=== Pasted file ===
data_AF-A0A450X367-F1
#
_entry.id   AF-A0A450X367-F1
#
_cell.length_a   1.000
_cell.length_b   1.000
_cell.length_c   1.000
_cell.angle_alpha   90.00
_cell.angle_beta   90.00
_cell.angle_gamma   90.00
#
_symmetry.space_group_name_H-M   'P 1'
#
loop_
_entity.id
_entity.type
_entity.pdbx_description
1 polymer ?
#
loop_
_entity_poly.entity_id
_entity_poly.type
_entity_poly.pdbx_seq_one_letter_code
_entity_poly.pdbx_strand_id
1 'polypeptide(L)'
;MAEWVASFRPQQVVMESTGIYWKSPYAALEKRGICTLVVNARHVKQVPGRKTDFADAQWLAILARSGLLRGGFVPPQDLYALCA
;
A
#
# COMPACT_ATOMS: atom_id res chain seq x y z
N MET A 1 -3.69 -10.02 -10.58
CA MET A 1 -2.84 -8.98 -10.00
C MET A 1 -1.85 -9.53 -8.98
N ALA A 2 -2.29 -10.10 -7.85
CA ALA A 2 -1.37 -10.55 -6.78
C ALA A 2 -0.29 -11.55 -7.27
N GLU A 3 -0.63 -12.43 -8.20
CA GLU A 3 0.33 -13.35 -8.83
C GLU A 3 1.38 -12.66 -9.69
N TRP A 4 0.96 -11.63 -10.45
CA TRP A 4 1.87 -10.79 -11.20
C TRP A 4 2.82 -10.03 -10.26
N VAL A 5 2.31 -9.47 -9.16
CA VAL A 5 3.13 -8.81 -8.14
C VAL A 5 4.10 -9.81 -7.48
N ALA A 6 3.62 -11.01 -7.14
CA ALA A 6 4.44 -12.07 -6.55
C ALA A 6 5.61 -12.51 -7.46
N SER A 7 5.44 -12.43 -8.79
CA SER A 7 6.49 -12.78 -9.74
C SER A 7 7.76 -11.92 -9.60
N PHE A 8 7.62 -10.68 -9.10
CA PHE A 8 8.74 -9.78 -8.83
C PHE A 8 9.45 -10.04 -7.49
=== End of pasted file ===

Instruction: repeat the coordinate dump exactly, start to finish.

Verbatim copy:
data_AF-A0A450X367-F1
#
_entry.id   AF-A0A450X367-F1
#
_cell.length_a   1.000
_cell.length_b   1.000
_cell.length_c   1.000
_cell.angle_alpha   90.00
_cell.angle_beta   90.00
_cell.angle_gamma   90.00
#
_symmetry.space_group_name_H-M   'P 1'
#
loop_
_entity.id
_entity.type
_entity.pdbx_description
1 polymer ?
#
loop_
_entity_poly.entity_id
_entity_poly.type
_entity_poly.pdbx_seq_one_letter_code
_entity_poly.pdbx_strand_id
1 'polypeptide(L)'
;MAEWVASFRPQQVVMESTGIYWKSPYAALEKRGICTLVVNARHVKQVPGRKTDFADAQWLAILARSGLLRGGFVPPQDLYALCA
;
A
#
# COMPACT_ATOMS: atom_id res chain seq x y z
N MET A 1 -3.69 -10.02 -10.58
CA MET A 1 -2.84 -8.98 -10.00
C MET A 1 -1.85 -9.53 -8.98
N ALA A 2 -2.29 -10.10 -7.85
CA ALA A 2 -1.37 -10.55 -6.78
C ALA A 2 -0.29 -11.55 -7.27
N GLU A 3 -0.63 -12.43 -8.20
CA GLU A 3 0.33 -13.35 -8.83
C GLU A 3 1.38 -12.66 -9.69
N TRP A 4 0.96 -11.63 -10.45
CA TRP A 4 1.87 -10.79 -11.20
C TRP A 4 2.82 -10.03 -10.26
N VAL A 5 2.31 -9.47 -9.16
CA VAL A 5 3.13 -8.81 -8.14
C VAL A 5 4.10 -9.81 -7.48
N ALA A 6 3.62 -11.01 -7.14
CA ALA A 6 4.44 -12.07 -6.55
C ALA A 6 5.61 -12.51 -7.46
N SER A 7 5.44 -12.43 -8.79
CA SER A 7 6.49 -12.78 -9.74
C SER A 7 7.76 -11.92 -9.60
N PHE A 8 7.62 -10.68 -9.10
CA PHE A 8 8.74 -9.78 -8.83
C PHE A 8 9.45 -10.04 -7.49